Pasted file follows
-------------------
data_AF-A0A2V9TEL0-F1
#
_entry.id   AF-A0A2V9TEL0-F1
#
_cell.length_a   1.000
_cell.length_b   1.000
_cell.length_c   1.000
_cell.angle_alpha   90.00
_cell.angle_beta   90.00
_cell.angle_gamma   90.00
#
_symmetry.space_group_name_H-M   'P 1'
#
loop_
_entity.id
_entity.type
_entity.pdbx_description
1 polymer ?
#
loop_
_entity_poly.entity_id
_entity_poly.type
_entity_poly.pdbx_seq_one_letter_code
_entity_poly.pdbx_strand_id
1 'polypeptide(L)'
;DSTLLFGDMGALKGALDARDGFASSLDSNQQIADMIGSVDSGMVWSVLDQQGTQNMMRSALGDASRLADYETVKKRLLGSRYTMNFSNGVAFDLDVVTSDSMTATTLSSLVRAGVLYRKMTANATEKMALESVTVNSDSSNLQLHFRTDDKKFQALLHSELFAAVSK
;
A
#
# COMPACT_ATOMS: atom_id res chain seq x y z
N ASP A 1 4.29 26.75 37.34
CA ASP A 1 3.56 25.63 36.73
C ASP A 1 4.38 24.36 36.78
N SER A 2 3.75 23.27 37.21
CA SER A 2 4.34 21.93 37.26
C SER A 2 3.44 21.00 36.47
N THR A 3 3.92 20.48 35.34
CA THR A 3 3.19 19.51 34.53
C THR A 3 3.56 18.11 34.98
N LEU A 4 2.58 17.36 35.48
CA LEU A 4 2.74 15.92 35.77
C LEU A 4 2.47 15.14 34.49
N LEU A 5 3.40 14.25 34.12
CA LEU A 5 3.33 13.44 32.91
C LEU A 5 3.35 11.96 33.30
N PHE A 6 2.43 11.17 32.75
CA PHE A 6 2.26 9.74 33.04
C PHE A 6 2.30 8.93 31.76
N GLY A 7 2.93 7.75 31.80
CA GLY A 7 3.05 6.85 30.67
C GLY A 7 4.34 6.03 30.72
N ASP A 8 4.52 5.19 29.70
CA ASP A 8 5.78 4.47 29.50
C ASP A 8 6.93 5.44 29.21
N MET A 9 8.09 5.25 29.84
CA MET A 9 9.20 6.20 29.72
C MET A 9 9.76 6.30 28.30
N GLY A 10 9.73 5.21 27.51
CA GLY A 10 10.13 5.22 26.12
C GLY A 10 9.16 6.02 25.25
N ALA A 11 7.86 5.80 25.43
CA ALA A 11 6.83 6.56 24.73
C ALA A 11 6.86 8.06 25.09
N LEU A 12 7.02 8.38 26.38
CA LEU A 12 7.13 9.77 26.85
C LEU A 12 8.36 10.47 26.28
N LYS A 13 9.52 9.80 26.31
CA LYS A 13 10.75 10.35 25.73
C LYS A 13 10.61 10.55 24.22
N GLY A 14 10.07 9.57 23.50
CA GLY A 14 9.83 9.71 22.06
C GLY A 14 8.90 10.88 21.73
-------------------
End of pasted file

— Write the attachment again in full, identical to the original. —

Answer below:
data_AF-A0A2V9TEL0-F1
#
_entry.id   AF-A0A2V9TEL0-F1
#
_cell.length_a   1.000
_cell.length_b   1.000
_cell.length_c   1.000
_cell.angle_alpha   90.00
_cell.angle_beta   90.00
_cell.angle_gamma   90.00
#
_symmetry.space_group_name_H-M   'P 1'
#
loop_
_entity.id
_entity.type
_entity.pdbx_description
1 polymer ?
#
loop_
_entity_poly.entity_id
_entity_poly.type
_entity_poly.pdbx_seq_one_letter_code
_entity_poly.pdbx_strand_id
1 'polypeptide(L)'
;DSTLLFGDMGALKGALDARDGFASSLDSNQQIADMIGSVDSGMVWSVLDQQGTQNMMRSALGDASRLADYETVKKRLLGSRYTMNFSNGVAFDLDVVTSDSMTATTLSSLVRAGVLYRKMTANATEKMALESVTVNSDSSNLQLHFRTDDKKFQALLHSELFAAVSK
;
A
#
# COMPACT_ATOMS: atom_id res chain seq x y z
N ASP A 1 4.29 26.75 37.34
CA ASP A 1 3.56 25.63 36.73
C ASP A 1 4.38 24.36 36.78
N SER A 2 3.75 23.27 37.21
CA SER A 2 4.34 21.93 37.26
C SER A 2 3.44 21.00 36.47
N THR A 3 3.92 20.48 35.34
CA THR A 3 3.19 19.51 34.53
C THR A 3 3.56 18.11 34.98
N LEU A 4 2.58 17.36 35.48
CA LEU A 4 2.74 15.92 35.77
C LEU A 4 2.47 15.14 34.49
N LEU A 5 3.40 14.25 34.12
CA LEU A 5 3.33 13.44 32.91
C LEU A 5 3.35 11.96 33.30
N PHE A 6 2.43 11.17 32.75
CA PHE A 6 2.26 9.74 33.04
C PHE A 6 2.30 8.93 31.76
N GLY A 7 2.93 7.75 31.80
CA GLY A 7 3.05 6.85 30.67
C GLY A 7 4.34 6.03 30.72
N ASP A 8 4.52 5.19 29.70
CA ASP A 8 5.78 4.47 29.50
C ASP A 8 6.93 5.44 29.21
N MET A 9 8.09 5.25 29.84
CA MET A 9 9.20 6.20 29.72
C MET A 9 9.76 6.30 28.30
N GLY A 10 9.73 5.21 27.51
CA GLY A 10 10.13 5.22 26.12
C GLY A 10 9.16 6.02 25.25
N ALA A 11 7.86 5.80 25.43
CA ALA A 11 6.83 6.56 24.73
C ALA A 11 6.86 8.06 25.09
N LEU A 12 7.02 8.38 26.38
CA LEU A 12 7.13 9.77 26.85
C LEU A 12 8.36 10.47 26.28
N LYS A 13 9.52 9.80 26.31
CA LYS A 13 10.75 10.35 25.73
C LYS A 13 10.61 10.55 24.22
N GLY A 14 10.07 9.57 23.50
CA GLY A 14 9.83 9.71 22.06
C GLY A 14 8.90 10.88 21.73